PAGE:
In this example I am going to practice multiple linear regression. Now I will add a second predictor to the model.

I’m going to go ahead and load `rstan`

for use in this example

```
library(rstan)
rstan_options(auto_write = TRUE)
library(dplyr)
```

Again, It is a good practice to generate some fake data to ensure that the model is behaving as expected.

```
x <- rnorm(40, 10, 5)
z <- rnorm(40, 0, 1)
pred <- data.frame(x = x, y = y)
noise <- rnorm(40,0,1)
y <- x*.5 + z * 0.25 + noise
data <- list( x= as.matrix(pred), y = y, N = length(x), K = 2L)
```

The below Stan code models the familiar \(y = \beta_1*x + \beta_2*x + \alpha + \epsilon\)

Or more formally:

\[y_n \sim N(\alpha + \beta X_n,\sigma)\]

```
//multiple linear regression code
data {
int<lower=0> N; // number of data items
int<lower=0> K; // number of predictors
matrix[N, K] x; // predictor matrix
vector[N] y; // outcome vector
}
// this step does some transformations to the data
transformed data {
matrix[N, K] Q_ast;
matrix[K, K] R_ast;
matrix[K, K] R_ast_inverse;
// thin and scale the QR decomposition
Q_ast = qr_Q(x)[, 1:K] * sqrt(N - 1);
R_ast = qr_R(x)[1:K, ] / sqrt(N - 1);
R_ast_inverse = inverse(R_ast);
}
parameters {
real alpha; // intercept
vector[K] theta; // coefficients on Q_ast
real<lower=0> sigma; // error scale
}
model {
y ~ normal(Q_ast * theta + alpha, sigma); // likelihood
}
// converts the quantities back to the original scale
generated quantities {
vector[K] beta;
beta = R_ast_inverse * theta; // coefficients on x
}
```

So now we need to compile the Stan code. This takes a little while….

`mult_linear_regression <- stan_model("stan_mult_linear_regression.stan")`

One that code has been compiled then we can actually fit the model. This is a simple model and it converges quickly (which it should).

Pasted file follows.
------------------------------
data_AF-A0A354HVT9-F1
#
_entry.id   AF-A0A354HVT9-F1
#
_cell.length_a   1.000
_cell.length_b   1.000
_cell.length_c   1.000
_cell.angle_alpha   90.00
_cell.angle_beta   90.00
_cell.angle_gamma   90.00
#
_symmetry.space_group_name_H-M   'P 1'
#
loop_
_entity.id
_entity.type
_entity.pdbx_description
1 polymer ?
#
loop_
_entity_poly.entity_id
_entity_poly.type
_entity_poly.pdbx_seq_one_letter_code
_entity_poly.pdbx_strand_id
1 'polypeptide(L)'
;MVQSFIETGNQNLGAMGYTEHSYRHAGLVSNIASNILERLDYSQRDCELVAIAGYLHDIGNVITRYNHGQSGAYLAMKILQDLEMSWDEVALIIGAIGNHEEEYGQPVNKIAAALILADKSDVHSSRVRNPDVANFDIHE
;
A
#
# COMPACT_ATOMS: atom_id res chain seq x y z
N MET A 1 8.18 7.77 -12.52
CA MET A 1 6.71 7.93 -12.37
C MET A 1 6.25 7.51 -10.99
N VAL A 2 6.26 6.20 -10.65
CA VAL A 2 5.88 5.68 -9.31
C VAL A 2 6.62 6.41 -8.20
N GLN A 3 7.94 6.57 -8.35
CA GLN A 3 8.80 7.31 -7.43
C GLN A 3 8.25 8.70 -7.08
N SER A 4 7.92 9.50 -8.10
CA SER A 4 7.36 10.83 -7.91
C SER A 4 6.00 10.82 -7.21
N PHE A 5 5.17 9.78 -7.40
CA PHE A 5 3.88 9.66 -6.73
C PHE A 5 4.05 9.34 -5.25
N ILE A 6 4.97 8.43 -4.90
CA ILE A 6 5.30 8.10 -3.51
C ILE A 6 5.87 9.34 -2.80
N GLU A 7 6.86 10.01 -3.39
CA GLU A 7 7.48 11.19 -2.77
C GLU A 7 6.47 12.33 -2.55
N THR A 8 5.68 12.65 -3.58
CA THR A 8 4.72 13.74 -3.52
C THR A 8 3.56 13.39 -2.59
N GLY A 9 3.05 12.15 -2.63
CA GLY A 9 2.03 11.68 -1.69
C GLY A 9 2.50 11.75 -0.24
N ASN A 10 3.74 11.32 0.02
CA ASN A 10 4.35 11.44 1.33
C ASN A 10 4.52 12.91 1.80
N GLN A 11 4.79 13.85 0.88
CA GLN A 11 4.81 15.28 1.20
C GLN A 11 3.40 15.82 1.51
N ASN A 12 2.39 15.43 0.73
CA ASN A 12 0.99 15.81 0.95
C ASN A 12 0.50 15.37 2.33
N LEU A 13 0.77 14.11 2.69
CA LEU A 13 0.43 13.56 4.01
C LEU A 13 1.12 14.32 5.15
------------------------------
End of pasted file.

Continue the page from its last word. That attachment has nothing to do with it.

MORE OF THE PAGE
`fit1 <- sampling(mult_linear_regression, data = data, chains = 2, iter = 2000, refresh = 0)`

Now we can look at the model outputs with the `summary`

which prints a lot of information or just look at the parameters one by one. I’m interested in if it could detect the true slope, in this case 0.5:

`print(fit1, pars = "beta", probs = c(0.025, 0.5, 0.975))`

```
## Inference for Stan model: stan_mult_linear_regression.
## 2 chains, each with iter=2000; warmup=1000; thin=1;
## post-warmup draws per chain=1000, total post-warmup draws=2000.
##
## mean se_mean sd 2.5% 50% 98% n_eff Rhat
## beta[1] 0.46 0 0.03 0.39 0.46 0.53 1057 1
## beta[2] -0.13 0 0.07 -0.28 -0.13 0.00 798 1
##
## Samples were drawn using NUTS(diag_e) at Thu Jun 20 10:49:03 2019.
## For each parameter, n_eff is a crude measure of effective sample size,
## and Rhat is the potential scale reduction factor on split chains (at
## convergence, Rhat=1).
```

As with any good Bayesian analysis it is important to perform some posterior checks to ensure that the model sufficiently converged. One check is the \(\hat{R}\) which is a measure of the mixing on the chaines with a target of one (which is achieved here).

Additionally, we can look at the trace plots to make sure everything converged and thise look good too.

`traceplot(fit1)`

And finally a pairs plot which shows that sigma, alpha and beta all look reasonable centered with no strange patterns.

`pairs(fit1)`

For the sake of illustration I am going to turn to our friend, `mtcars`

to test this model. So first things first is to put our data into the correct format:

```
data <- list(y = mtcars$mpg, x = as.matrix(dplyr::select(mtcars, wt, disp)),
N = nrow(mtcars), K = 2L)
```

Now we can fit the model with our already compiled Stan code and let it run.

`fit_real <- sampling(mult_linear_regression, data = data, chains = 2, iter = 2000, refresh = 0)`

It fit the model without a problem. Now to view the outputs:

`print(fit_real, pars = "beta", probs = c(0.025, 0.5, 0.975))`

```
## Inference for Stan model: stan_mult_linear_regression.
## 2 chains, each with iter=2000; warmup=1000; thin=1;
## post-warmup draws per chain=1000, total post-warmup draws=2000.
##
## mean se_mean sd 2.5% 50% 98% n_eff Rhat
## beta[1] -3.41 0.05 1.24 -5.73 -3.44 -0.99 597 1
## beta[2] -0.02 0.00 0.01 -0.04 -0.02 0.00 798 1
##
## Samples were drawn using NUTS(diag_e) at Fri Jun 21 13:09:10 2019.
## For each parameter, n_eff is a crude measure of effective sample size,
## and Rhat is the potential scale reduction factor on split chains (at
## convergence, Rhat=1).
```

The \(\hat{R}\) are at one so it doesn’t look too bad. Of course a better practice would be to run this model a little longer and supply strong priors because the effect number of samples is somewhat small. But another model nonetheless.

We can also visualise the outputs using the `bayesplot`

package

```
posterior <- as.array(fit_real)
bayesplot::mcmc_intervals(posterior, pars = c("beta[1]","beta[2]", "sigma"))
```

**Research and Methods Resources**

me.dewitt.jr@gmail.com

Winston- Salem, NC

Copyright © 2018 Michael DeWitt. All rights reserved.